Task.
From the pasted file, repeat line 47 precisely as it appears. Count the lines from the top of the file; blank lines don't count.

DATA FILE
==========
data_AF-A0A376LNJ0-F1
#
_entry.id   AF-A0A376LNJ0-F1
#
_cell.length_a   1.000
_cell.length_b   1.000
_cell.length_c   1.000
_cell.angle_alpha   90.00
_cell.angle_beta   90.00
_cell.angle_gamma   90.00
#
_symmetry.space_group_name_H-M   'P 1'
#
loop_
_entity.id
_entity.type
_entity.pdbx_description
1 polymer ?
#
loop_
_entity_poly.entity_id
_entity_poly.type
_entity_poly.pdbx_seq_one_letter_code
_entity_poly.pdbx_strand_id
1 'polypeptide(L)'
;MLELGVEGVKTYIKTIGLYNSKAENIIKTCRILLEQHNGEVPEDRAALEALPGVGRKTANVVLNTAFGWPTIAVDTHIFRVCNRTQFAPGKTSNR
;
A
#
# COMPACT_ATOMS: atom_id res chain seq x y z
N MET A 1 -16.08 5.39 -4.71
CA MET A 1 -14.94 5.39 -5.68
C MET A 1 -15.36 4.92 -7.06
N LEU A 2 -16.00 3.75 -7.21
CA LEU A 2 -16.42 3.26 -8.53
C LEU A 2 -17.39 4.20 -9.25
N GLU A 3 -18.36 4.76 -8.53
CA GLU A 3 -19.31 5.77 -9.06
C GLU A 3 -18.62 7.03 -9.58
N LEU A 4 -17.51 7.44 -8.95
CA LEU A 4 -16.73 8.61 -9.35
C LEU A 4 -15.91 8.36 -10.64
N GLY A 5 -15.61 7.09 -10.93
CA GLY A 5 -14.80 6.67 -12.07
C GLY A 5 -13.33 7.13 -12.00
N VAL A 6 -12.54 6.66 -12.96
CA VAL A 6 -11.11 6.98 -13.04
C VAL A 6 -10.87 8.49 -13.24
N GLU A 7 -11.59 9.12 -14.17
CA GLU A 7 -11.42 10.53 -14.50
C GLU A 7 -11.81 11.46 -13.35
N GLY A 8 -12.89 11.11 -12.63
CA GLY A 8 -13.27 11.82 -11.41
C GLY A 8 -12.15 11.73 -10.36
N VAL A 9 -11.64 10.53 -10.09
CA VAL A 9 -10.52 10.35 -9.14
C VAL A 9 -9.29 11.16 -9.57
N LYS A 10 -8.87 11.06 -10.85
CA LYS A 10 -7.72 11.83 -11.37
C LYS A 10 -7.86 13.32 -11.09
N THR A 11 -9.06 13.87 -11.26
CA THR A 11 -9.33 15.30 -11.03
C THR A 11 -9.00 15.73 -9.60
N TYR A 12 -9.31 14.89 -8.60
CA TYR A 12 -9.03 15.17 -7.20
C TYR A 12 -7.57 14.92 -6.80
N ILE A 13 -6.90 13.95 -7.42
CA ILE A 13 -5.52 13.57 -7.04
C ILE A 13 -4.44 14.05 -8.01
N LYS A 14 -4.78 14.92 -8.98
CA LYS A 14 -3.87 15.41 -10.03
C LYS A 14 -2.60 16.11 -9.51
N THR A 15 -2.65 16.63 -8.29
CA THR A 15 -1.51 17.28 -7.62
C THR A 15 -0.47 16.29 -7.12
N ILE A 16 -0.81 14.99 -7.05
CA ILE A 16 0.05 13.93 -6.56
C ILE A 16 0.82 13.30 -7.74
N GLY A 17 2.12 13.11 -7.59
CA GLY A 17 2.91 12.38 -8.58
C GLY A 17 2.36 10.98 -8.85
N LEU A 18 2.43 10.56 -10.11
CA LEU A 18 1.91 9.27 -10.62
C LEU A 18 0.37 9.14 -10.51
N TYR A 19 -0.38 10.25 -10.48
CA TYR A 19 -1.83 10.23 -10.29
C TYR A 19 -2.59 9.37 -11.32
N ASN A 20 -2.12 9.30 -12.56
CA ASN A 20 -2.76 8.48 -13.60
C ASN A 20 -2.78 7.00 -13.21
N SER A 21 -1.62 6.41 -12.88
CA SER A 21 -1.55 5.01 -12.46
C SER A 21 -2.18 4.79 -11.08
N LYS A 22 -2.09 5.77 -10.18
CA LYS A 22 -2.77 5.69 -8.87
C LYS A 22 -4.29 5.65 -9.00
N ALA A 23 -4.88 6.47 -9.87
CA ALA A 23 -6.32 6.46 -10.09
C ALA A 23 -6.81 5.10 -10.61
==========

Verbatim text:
CA VAL A 6 -11.11 6.98 -13.04